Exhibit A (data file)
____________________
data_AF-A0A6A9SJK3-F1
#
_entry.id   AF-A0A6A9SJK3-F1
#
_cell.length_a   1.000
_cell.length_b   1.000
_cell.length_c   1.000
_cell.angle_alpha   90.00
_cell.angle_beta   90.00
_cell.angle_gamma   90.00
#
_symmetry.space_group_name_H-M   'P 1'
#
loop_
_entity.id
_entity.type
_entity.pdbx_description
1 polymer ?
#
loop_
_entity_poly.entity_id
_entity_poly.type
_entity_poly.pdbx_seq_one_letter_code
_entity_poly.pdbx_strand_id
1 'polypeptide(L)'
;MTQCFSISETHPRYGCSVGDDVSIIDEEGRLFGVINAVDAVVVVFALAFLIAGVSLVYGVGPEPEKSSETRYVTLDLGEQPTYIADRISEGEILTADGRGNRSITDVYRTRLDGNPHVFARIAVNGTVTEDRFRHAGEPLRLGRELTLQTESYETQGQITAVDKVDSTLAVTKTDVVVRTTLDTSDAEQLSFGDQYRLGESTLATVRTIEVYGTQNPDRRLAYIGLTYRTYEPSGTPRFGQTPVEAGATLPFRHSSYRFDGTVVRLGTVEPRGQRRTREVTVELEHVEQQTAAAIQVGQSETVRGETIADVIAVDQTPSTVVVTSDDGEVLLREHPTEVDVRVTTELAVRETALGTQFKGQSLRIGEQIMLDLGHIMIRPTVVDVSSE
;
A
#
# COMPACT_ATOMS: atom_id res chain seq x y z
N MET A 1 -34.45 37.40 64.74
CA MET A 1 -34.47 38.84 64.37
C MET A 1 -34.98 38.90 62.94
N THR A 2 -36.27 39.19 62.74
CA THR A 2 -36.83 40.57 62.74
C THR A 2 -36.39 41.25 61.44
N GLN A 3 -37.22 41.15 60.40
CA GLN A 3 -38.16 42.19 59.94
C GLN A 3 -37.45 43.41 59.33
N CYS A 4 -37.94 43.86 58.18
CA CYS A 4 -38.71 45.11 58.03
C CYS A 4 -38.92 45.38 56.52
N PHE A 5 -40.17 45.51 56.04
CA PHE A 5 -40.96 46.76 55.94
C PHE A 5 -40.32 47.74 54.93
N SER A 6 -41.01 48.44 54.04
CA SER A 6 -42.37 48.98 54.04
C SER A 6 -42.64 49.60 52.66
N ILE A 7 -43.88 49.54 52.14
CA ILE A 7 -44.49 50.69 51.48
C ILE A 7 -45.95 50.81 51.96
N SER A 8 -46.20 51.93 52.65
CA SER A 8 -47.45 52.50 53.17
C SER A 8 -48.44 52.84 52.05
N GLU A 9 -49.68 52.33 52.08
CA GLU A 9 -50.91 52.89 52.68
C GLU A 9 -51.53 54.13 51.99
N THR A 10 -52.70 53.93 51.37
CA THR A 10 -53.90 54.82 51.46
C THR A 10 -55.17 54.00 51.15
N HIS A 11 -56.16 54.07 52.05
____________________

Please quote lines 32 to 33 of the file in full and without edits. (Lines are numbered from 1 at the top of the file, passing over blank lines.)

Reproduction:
CA MET A 1 -34.47 38.84 64.37
C MET A 1 -34.98 38.90 62.94